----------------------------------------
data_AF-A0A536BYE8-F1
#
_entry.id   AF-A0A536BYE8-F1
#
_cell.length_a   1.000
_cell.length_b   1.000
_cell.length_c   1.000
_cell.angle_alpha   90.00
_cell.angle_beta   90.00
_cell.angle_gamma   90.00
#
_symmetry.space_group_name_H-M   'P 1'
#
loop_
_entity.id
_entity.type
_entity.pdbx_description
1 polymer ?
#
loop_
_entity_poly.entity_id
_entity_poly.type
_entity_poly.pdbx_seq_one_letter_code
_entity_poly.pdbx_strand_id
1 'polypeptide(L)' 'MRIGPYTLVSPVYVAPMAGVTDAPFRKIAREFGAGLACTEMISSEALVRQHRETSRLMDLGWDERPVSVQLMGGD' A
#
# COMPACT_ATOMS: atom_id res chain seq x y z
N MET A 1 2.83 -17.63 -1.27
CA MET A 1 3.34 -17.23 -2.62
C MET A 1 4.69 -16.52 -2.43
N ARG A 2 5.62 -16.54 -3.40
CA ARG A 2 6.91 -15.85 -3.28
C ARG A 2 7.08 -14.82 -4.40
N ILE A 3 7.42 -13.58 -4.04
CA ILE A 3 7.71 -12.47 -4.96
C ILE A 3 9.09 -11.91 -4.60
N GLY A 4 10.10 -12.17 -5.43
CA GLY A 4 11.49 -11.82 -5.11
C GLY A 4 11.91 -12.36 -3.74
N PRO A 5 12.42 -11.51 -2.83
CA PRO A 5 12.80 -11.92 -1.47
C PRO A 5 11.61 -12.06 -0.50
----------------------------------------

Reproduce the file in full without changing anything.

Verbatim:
data_AF-A0A536BYE8-F1
#
_entry.id   AF-A0A536BYE8-F1
#
_cell.length_a   1.000
_cell.length_b   1.000
_cell.length_c   1.000
_cell.angle_alpha   90.00
_cell.angle_beta   90.00
_cell.angle_gamma   90.00
#
_symmetry.space_group_name_H-M   'P 1'
#
loop_
_entity.id
_entity.type
_entity.pdbx_description
1 polymer ?
#
loop_
_entity_poly.entity_id
_entity_poly.type
_entity_poly.pdbx_seq_one_letter_code
_entity_poly.pdbx_strand_id
1 'polypeptide(L)' 'MRIGPYTLVSPVYVAPMAGVTDAPFRKIAREFGAGLACTEMISSEALVRQHRETSRLMDLGWDERPVSVQLMGGD' A
#
# COMPACT_ATOMS: atom_id res chain seq x y z
N MET A 1 2.83 -17.63 -1.27
CA MET A 1 3.34 -17.23 -2.62
C MET A 1 4.69 -16.52 -2.43
N ARG A 2 5.62 -16.54 -3.40
CA ARG A 2 6.91 -15.85 -3.28
C ARG A 2 7.08 -14.82 -4.40
N ILE A 3 7.42 -13.58 -4.04
CA ILE A 3 7.71 -12.47 -4.96
C ILE A 3 9.09 -11.91 -4.60
N GLY A 4 10.10 -12.17 -5.43
CA GLY A 4 11.49 -11.82 -5.11
C GLY A 4 11.91 -12.36 -3.74
N PRO A 5 12.42 -11.51 -2.83
CA PRO A 5 12.80 -11.92 -1.47
C PRO A 5 11.61 -12.06 -0.50